SFC Martland gets temporary reprieve
For those who didn't read my earlier report, a short synopsis may be helpful:
Martland and his then-detachment commander admitted to attacking an Afghan local police commander in Kunduz province in 2011. Martland, a Bronze Star recipient, wants to remain in the Army. He was flagged for involuntary separation through the Army's qualitative management program because of his role in the assault. Martland was scheduled to leave service no later than Nov. 1 after 11 years in the Army.
The reason he attacked the Afghan policeman was forcible sodomy on an Afghan child, beating up the child's mom, and then laughing when approached about it. The Army rewarded him (SFC Martland) for his actions by trying to involuntarily discharge him.
So now the update:
The Green Beret getting kicked out of the Army for beating an alleged child rapist in Afghanistan has been given a 60-day reprieve, the Army said late Tuesday.
Army Secretary John McHugh "agreed to postpone Sgt. 1st Class Charles Martland's discharge from the Army for 60 days to allow him to file an appeal with the Army Board for the Correction of Military Records," the Army said in a statement.
The decision was made after Rep. Mac Thornberry, R-Texas, chairman of the House Armed Services Committee, spoke with and wrote a letter to McHugh. The decision was "out of respect for Chairman Thornberry's continued strong support for our military and his personal appeal," according to the Army statement.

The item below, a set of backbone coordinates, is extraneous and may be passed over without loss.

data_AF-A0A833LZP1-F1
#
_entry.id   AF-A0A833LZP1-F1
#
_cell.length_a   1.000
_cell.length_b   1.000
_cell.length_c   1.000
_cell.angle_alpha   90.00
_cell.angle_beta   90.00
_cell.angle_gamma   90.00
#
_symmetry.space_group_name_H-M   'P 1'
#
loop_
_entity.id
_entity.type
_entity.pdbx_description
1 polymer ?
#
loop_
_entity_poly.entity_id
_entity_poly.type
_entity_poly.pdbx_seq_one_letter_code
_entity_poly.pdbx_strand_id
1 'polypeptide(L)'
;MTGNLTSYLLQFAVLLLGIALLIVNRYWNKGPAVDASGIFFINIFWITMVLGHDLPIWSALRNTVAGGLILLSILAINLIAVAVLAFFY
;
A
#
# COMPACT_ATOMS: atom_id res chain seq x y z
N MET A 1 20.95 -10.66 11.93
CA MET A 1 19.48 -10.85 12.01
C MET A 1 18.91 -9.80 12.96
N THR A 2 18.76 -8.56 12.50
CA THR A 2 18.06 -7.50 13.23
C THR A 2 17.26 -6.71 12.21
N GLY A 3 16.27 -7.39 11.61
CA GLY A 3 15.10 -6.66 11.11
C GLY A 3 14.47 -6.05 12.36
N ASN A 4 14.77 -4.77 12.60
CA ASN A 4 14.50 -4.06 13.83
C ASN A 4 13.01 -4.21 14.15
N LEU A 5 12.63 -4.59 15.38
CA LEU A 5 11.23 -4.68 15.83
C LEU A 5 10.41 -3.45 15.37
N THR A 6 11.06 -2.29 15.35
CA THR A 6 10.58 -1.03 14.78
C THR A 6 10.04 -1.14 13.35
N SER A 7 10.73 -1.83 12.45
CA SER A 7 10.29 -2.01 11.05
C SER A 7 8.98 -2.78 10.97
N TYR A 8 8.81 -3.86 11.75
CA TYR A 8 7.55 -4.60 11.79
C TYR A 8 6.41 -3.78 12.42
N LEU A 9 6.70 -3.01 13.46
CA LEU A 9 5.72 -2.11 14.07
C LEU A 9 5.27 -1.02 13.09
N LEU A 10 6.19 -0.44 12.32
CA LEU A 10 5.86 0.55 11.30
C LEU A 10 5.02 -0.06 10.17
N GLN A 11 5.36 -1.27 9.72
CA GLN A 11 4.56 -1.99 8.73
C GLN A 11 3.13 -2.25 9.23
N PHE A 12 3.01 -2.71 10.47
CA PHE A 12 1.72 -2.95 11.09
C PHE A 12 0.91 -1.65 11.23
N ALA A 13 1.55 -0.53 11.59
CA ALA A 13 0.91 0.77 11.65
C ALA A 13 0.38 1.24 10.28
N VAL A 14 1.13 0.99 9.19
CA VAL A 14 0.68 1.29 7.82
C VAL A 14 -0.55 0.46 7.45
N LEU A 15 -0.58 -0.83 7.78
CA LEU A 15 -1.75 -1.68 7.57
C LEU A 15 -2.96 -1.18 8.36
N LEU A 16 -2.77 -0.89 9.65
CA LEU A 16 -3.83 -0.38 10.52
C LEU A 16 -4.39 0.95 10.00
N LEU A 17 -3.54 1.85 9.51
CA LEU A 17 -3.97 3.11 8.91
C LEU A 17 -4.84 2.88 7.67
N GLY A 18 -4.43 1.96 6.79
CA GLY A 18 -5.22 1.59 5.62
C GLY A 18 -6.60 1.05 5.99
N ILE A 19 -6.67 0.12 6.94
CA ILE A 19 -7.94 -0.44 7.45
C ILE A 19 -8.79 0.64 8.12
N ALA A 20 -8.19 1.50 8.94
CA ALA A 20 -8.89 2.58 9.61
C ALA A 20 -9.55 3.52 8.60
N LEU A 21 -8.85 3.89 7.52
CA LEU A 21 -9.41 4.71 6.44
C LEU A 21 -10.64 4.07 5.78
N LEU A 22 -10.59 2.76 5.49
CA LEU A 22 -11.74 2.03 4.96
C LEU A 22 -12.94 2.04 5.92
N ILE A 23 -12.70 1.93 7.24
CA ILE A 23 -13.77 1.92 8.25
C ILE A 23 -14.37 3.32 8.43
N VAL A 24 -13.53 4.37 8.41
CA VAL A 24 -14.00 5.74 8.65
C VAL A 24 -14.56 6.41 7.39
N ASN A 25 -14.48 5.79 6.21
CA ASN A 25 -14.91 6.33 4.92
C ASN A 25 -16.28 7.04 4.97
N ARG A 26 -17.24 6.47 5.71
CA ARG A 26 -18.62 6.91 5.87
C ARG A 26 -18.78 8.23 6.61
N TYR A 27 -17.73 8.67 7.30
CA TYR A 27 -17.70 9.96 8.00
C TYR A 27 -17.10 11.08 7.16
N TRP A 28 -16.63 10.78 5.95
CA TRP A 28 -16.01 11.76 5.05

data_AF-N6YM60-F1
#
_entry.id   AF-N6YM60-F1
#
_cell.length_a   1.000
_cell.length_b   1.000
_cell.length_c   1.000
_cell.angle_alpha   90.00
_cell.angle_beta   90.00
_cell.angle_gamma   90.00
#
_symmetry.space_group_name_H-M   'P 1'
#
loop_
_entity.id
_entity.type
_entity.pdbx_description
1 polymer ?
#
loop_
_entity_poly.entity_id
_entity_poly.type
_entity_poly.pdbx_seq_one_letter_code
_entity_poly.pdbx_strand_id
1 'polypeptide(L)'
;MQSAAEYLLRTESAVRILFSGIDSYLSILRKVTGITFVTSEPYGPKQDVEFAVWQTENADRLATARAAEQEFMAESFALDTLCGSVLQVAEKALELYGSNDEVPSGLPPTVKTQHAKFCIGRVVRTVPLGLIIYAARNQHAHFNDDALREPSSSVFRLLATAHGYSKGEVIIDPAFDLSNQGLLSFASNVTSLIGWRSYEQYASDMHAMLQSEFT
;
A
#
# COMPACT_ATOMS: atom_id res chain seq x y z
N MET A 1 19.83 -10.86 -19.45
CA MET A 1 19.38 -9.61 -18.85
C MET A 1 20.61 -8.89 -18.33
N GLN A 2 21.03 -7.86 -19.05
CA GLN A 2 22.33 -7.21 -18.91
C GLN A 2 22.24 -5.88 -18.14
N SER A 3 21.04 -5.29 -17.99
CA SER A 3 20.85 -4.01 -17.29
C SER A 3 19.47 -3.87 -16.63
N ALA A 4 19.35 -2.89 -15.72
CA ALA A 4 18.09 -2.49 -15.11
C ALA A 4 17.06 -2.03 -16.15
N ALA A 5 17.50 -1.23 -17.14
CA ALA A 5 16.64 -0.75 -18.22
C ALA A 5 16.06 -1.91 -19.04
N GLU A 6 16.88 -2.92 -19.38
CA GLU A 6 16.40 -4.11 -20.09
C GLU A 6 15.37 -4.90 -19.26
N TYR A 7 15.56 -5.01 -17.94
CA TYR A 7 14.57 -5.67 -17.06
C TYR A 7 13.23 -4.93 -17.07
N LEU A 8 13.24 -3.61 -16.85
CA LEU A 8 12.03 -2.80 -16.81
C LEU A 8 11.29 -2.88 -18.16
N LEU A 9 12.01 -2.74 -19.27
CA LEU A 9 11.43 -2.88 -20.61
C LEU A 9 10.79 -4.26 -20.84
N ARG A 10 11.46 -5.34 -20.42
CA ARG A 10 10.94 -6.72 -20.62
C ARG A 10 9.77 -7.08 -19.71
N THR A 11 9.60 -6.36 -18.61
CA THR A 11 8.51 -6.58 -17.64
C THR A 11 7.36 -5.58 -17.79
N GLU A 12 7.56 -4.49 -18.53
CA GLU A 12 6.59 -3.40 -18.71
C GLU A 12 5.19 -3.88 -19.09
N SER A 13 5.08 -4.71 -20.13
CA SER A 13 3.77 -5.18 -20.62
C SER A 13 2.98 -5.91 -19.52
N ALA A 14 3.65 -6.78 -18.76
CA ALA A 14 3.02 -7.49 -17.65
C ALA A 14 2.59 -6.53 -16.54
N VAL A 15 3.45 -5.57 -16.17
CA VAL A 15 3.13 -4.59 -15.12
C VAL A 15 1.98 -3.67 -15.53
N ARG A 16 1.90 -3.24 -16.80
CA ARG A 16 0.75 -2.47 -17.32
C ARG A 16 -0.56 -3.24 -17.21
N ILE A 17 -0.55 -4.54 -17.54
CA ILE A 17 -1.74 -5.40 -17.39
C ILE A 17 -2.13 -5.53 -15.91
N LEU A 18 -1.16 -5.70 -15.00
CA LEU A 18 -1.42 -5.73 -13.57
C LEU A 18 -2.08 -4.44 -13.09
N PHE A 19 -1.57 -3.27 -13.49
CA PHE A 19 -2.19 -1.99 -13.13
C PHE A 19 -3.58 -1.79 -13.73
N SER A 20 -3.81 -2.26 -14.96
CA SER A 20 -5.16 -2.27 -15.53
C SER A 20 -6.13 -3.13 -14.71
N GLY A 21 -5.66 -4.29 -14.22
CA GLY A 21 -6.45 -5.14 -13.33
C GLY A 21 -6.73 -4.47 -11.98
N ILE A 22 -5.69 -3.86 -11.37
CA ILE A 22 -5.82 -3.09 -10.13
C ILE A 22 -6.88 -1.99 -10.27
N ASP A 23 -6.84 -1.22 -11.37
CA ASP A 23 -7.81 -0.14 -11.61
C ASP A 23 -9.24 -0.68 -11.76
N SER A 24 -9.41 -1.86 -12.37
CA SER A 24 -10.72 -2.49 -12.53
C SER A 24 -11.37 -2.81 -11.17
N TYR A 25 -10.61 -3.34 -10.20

Rep. Duncan Hunter, a Republican from California and former Marine, has written to Defense Secretary Ashton Carter in an attempt to save Martland's career.
"Martland stood up to a child rapist," Hunter wrote. "I trust that you will give this case the attention it demands."
In a statement, Thornberry said Martland was likely caught up in the Army's so-called Quality Management Program that drew up lists of soldiers to be discharged involuntarily to meet the demands of budget cuts and the drawdown of thousands of troops.
In its response to Thornberry, the Army said it "has no choice but to reduce the size of its ranks, and the QMP process is vitally important to ensure that the Army retains only the best qualified Soldiers."
Thornberry said, "It was not until the Army was forced to shed tens of thousands of soldiers that it opened the QMP process to a population to which it would not otherwise have applied. This is the unfortunate by-product of indiscriminate cuts to our military."
"I believe the best recourse now would be to allow SFC Martland to remain in the Army long enough for him to prepare an appeal with adequate military counsel and for the Army to act on such an appeal," Thornberry said.
It's worth going back and reading my original piece to get the nuance of what is going down if you aren't familiar, but this is a complete "s___show" as we say in the military.
Senator Gillibrand of New York is also pretty upset over the whole thing:
Sen. Kirsten Gillibrand, a Democrat from New York, told Campbell she had doubts that anything would be done to stop the sexual abuse unless U.S. troops could directly intervene rather than making a report through the chain of command.
She asked what would happen if Afghan authorities said they were going to ignore a report of sexual abuse. "I don't think they would say that," Campbell said.
He said that if mid-level Afghan authorities ignored a U.S. report on sexual abuse he would go directly to President Ghani. Campbell said he has conferred with Ghani about the problem and he has pledged to prosecute any violators.
I suspect there will be hearings, and hopefully at the end of this Martland will end up getting a promotion and the medal he so richly deserves.